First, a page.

A row has erupted over Madonna's comments about US President Donald Trump during a speech at the weekend.
While taking part in a protest march in Washington DC on Saturday, the singer said she had thought "an awful lot about blowing up the White House".
Trump supporters reacted angrily, claiming that there would have been uproar if such a comment had been made about former president Barack Obama.
Madonna has now said her remarks were taken "wildly out of context".
"I am not a violent person, I do not promote violence and it's important people hear and understand my speech in its entirety rather than one phrase," she posted on Instagram.
Yesterday's Rally. was an amazing and beautiful experience. I came and performed Express Yourself and thats exactly what i did. However I want to clarify some very important things. I am not a violent person, I do not promote violence and it's important people hear and understand my speech in it's entirety rather than one phrase taken wildly out of context. My speech began with " I want to start a revolution of love." ♥️ I then go on to take this opportunity to encourage women and all marginalized people to not fall into despair but rather to come together and use it as a starting point for unity and to create positive change in the world. I spoke in metaphor and I shared two ways of looking at things — one was to be hopeful, and one was to feel anger and outrage, which I have personally felt. However, I know that acting out of anger doesn’t solve anything. And the only way to change things for the better is to do it with love. It was truly an honor to be part of an audience chanting “we choose love”. 🙏🏻🇺🇸♥️🙏🏻🇺🇸♥️🙏🏻🇺🇸♥️🙏🏻🇺🇸♥️🙏🏻🇺🇸 #revoltutionoflove♥️#revolutionoflove♥️*******************************************************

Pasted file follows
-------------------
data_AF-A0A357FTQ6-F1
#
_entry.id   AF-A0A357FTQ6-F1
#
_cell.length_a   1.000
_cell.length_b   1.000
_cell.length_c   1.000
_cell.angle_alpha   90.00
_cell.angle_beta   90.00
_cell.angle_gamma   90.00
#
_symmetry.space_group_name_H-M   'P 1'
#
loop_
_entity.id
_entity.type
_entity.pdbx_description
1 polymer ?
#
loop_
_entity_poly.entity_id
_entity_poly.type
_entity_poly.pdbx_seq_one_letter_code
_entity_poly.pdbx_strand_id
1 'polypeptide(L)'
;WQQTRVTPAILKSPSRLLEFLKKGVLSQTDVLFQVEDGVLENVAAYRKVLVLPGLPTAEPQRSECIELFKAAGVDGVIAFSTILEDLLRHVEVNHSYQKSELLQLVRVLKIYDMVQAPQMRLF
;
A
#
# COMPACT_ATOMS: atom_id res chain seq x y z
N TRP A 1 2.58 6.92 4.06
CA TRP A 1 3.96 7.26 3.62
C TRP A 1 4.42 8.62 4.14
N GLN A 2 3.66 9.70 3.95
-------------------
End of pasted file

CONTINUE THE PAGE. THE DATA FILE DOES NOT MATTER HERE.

She added she was trying to express there are two ways to respond to Donald Trump's election - with hope or with anger - and said she wanted to start a "revolution of love".
Madonna had been attending the Women's March in Washington DC - one of several anti-Trump protests taking place around the world over the weekend
Several news networks had begun broadcasting Madonna's speech live on Saturday but many cut away after she swore several times.
"Yes, I'm angry. Yes, I am outraged. Yes, I have thought an awful lot about blowing up the White House. But I know that this won't change anything," she said in her speech.
After Madonna made the comments, White House chief of staff Reince Priebus told Fox News: "One of the singers said she wanted to blow up the White House. I mean, can you imagine saying that about President Obama?"
Kellyanne Conway, a senior White House aide, described Madonna's speech as "destructive".
She also drew attention to some reports that the secret service had been made aware of the singer's comments.
Threats against the US president are routinely taken seriously by the secret service but one US official told the New York Post it would depend on whether Madonna's remarks were considered a genuine threat.
"It's all about intent. Is she intending to do harm to the White House or President Trump? Otherwise it will be characterized as inappropriate," the official said.